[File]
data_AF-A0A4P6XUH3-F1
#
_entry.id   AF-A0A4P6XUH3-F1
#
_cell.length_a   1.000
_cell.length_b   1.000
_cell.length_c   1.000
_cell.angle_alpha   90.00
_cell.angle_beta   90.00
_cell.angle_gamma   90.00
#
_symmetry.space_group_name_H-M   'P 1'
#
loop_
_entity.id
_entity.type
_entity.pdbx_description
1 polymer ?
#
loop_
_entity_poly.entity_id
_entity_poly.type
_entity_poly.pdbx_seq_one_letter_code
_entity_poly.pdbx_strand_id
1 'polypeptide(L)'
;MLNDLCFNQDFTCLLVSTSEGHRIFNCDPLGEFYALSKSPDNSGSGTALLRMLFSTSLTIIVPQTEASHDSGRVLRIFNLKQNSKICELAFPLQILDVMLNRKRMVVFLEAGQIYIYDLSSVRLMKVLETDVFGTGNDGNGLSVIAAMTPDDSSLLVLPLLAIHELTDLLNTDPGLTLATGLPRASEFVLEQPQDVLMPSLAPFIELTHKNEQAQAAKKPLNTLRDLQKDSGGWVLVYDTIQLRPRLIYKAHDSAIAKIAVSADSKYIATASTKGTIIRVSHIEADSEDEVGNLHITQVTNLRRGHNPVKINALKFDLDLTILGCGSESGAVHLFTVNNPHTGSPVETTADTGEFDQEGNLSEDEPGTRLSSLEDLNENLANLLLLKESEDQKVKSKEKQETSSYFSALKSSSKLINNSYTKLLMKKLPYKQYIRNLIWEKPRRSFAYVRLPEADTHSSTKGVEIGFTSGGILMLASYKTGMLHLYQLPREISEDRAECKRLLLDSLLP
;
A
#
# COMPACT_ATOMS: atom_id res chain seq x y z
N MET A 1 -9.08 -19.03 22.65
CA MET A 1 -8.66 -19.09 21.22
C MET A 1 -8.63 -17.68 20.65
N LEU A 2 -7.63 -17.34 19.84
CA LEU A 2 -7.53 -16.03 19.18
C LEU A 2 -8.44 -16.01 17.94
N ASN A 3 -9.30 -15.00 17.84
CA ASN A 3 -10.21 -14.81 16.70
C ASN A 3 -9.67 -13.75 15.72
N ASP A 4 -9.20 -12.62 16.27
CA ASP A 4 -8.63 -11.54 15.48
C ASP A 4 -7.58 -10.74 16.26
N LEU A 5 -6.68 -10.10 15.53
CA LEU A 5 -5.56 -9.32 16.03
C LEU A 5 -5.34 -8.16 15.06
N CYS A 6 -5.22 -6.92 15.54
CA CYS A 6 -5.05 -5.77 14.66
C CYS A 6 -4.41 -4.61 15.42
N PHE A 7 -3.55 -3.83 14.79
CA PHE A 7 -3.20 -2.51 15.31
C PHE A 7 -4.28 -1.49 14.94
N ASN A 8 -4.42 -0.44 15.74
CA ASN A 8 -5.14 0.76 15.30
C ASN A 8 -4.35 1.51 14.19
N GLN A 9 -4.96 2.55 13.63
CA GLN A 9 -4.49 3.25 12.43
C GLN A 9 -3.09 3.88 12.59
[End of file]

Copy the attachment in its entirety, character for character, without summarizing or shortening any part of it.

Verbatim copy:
data_AF-A0A4P6XUH3-F1
#
_entry.id   AF-A0A4P6XUH3-F1
#
_cell.length_a   1.000
_cell.length_b   1.000
_cell.length_c   1.000
_cell.angle_alpha   90.00
_cell.angle_beta   90.00
_cell.angle_gamma   90.00
#
_symmetry.space_group_name_H-M   'P 1'
#
loop_
_entity.id
_entity.type
_entity.pdbx_description
1 polymer ?
#
loop_
_entity_poly.entity_id
_entity_poly.type
_entity_poly.pdbx_seq_one_letter_code
_entity_poly.pdbx_strand_id
1 'polypeptide(L)'
;MLNDLCFNQDFTCLLVSTSEGHRIFNCDPLGEFYALSKSPDNSGSGTALLRMLFSTSLTIIVPQTEASHDSGRVLRIFNLKQNSKICELAFPLQILDVMLNRKRMVVFLEAGQIYIYDLSSVRLMKVLETDVFGTGNDGNGLSVIAAMTPDDSSLLVLPLLAIHELTDLLNTDPGLTLATGLPRASEFVLEQPQDVLMPSLAPFIELTHKNEQAQAAKKPLNTLRDLQKDSGGWVLVYDTIQLRPRLIYKAHDSAIAKIAVSADSKYIATASTKGTIIRVSHIEADSEDEVGNLHITQVTNLRRGHNPVKINALKFDLDLTILGCGSESGAVHLFTVNNPHTGSPVETTADTGEFDQEGNLSEDEPGTRLSSLEDLNENLANLLLLKESEDQKVKSKEKQETSSYFSALKSSSKLINNSYTKLLMKKLPYKQYIRNLIWEKPRRSFAYVRLPEADTHSSTKGVEIGFTSGGILMLASYKTGMLHLYQLPREISEDRAECKRLLLDSLLP
;
A
#
# COMPACT_ATOMS: atom_id res chain seq x y z
N MET A 1 -9.08 -19.03 22.65
CA MET A 1 -8.66 -19.09 21.22
C MET A 1 -8.63 -17.68 20.65
N LEU A 2 -7.63 -17.34 19.84
CA LEU A 2 -7.53 -16.03 19.18
C LEU A 2 -8.44 -16.01 17.94
N ASN A 3 -9.30 -15.00 17.84
CA ASN A 3 -10.21 -14.81 16.70
C ASN A 3 -9.67 -13.75 15.72
N ASP A 4 -9.20 -12.62 16.27
CA ASP A 4 -8.63 -11.54 15.48
C ASP A 4 -7.58 -10.74 16.26
N LEU A 5 -6.68 -10.10 15.53
CA LEU A 5 -5.56 -9.32 16.03
C LEU A 5 -5.34 -8.16 15.06
N CYS A 6 -5.22 -6.92 15.54
CA CYS A 6 -5.05 -5.77 14.66
C CYS A 6 -4.41 -4.61 15.42
N PHE A 7 -3.55 -3.83 14.79
CA PHE A 7 -3.20 -2.51 15.31
C PHE A 7 -4.28 -1.49 14.94
N ASN A 8 -4.42 -0.44 15.74
CA ASN A 8 -5.14 0.76 15.30
C ASN A 8 -4.35 1.51 14.19
N GLN A 9 -4.96 2.55 13.63
CA GLN A 9 -4.49 3.25 12.43
C GLN A 9 -3.09 3.88 12.59